Paul Tesar (CWRU), Horst von Recum (CWRU) and Jeremy Rich (Cleveland Clinic and Co-Director of CSCRM) will establish a Pluripotent Stem Cell Facility within CWRU and the Clinic. Pluripotent stem cells provide a unique model system to study human development and disease. These cells are capable of perpetual growth in culture and have the ability to differentiate into all tissues of the human body like embryonic stem cells. Pluripotent cells can now be derived from non-embryonic sources. These cells, termed induced pluripotent stem cells (iPS cells), can be readily formed from a simple skin biopsy of any human patient. This facility will be the first of its kind in that State of Ohio and will position the State as a global leader in the next phases of stem cell biology and regenerative medicine.
Cell Targeting, Inc. is a company based on work conducted at CWRU by James Dennis and Arnold Caplan, and is actively investigating various applications of cell targeting methodologies to a variety of disease. These cell “paints” are newly-developed reagents that use a proprietary method for directing stem cells to specific organs and tissues and can be applied to nearly any stem cell therapeutic application. This project will apply this technology to directing umbilical cord blood stem cell transplantation, which is currently limited in utility because of low cell numbers and slower engraftment.
The last pilot project is focused on imaging solid tumors and represents collaboration between Zhenghong Lee (UHCMC) and Jeremy Rich (Cleveland Clinic). This group and others have demonstrated that cancer stem cells are resistant to conventional therapy, promote tumor angiogenesis, and invade and metastasize into normal tissues. The goal of this project is to develop a method to non-invasively image cancer stem cells through the development of radiolabeled tracers.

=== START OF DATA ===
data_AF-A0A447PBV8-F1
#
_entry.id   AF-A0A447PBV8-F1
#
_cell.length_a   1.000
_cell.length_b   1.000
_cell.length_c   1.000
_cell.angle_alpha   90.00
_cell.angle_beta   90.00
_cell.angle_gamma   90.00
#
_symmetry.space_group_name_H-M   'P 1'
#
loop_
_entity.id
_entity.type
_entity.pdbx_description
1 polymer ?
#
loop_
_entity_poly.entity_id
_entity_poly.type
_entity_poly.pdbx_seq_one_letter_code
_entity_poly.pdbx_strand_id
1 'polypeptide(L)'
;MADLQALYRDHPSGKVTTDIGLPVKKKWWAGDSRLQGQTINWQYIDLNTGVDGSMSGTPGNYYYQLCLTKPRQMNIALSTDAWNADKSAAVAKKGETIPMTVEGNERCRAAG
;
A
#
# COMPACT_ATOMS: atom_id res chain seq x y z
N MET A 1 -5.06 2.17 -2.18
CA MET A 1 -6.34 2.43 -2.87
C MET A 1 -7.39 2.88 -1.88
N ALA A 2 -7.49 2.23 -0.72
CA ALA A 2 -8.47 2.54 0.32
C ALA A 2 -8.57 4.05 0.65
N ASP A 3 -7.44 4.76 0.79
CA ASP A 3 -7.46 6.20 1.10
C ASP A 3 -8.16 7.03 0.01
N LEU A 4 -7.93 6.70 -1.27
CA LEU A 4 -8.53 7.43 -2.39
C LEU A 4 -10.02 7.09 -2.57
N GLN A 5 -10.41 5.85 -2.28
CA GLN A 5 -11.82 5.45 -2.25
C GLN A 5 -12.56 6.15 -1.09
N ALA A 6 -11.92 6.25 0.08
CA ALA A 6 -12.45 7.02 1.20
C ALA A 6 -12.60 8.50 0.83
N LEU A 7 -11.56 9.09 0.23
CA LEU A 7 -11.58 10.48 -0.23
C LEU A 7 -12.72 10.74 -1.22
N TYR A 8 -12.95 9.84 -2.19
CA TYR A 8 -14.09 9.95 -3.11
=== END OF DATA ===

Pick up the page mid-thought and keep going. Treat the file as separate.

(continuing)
About the Center for Stem Cell & Regenerative Medicine
About Case Western Reserve University School of Medicine
Annually, the School of Medicine trains more than 770 M.D. and M.D./Ph.D. students and ranks in the top 25 among U.S. research-oriented medical schools as designated by U.S. News and World Report “Guide to Graduate Education.”
The School of Medicine’s primary affiliate is University Hospitals Case Medical Center and is additionally affiliated with MetroHealth Medical Center, the Louis Stokes Cleveland Department of Veterans Affairs Medical Center, and the Cleveland Clinic, with which it established the Cleveland Clinic Lerner College of Medicine of Case Western Reserve University in 2002. http://casemed.case.edu.